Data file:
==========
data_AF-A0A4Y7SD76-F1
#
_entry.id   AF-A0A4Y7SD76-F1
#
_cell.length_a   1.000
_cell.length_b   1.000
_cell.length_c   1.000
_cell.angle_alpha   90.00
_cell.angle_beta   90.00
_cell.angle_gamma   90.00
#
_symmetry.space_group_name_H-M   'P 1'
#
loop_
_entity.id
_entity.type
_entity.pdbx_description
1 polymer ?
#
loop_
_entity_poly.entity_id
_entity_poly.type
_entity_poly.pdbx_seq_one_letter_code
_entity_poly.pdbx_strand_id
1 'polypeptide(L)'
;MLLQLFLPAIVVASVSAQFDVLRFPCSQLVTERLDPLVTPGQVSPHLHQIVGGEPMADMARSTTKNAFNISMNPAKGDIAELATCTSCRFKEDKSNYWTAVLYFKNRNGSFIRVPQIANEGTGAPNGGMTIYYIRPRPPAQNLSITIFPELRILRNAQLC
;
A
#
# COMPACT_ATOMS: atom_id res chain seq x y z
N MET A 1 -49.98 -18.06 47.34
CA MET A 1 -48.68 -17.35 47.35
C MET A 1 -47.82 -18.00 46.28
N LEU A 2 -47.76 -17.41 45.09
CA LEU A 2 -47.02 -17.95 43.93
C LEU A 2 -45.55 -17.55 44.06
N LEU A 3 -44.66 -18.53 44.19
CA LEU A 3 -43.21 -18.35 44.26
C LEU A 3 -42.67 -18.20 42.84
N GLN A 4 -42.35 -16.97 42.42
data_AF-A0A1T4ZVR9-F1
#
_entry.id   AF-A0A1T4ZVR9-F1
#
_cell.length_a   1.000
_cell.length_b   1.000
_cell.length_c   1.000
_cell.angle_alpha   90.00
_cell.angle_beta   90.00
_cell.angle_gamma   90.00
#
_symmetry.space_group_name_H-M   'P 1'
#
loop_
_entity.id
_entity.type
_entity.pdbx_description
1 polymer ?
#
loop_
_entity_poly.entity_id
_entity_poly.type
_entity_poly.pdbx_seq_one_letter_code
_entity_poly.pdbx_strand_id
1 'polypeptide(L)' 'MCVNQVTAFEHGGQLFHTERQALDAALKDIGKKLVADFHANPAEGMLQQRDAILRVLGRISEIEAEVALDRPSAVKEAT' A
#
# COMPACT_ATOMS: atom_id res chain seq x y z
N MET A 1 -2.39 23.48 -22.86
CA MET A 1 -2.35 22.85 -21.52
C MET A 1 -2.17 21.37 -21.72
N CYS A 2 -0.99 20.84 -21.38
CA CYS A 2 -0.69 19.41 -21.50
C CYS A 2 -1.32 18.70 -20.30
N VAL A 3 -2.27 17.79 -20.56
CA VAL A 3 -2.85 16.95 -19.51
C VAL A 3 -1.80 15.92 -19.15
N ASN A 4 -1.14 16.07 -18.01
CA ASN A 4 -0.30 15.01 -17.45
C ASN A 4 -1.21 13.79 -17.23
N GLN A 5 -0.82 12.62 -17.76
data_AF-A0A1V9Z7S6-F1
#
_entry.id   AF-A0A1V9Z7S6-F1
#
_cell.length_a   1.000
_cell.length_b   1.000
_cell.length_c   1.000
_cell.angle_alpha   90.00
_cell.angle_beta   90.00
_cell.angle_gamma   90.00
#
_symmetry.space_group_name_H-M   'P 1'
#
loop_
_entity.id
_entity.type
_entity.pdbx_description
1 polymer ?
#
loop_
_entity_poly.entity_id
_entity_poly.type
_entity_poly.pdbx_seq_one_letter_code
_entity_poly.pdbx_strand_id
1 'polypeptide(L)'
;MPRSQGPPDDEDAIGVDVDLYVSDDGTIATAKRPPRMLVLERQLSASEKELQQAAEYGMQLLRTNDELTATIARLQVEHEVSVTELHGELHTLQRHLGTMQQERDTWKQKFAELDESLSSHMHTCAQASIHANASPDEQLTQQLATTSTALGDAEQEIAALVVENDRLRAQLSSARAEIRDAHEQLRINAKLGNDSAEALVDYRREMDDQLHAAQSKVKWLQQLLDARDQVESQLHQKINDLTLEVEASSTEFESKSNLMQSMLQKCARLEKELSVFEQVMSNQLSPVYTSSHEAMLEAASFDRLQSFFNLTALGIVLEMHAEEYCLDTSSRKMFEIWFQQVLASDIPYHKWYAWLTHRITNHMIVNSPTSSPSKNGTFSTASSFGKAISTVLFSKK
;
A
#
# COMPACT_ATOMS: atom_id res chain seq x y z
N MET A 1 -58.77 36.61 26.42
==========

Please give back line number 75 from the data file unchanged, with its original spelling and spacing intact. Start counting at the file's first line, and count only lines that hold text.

CA VAL A 3 -2.85 16.95 -19.51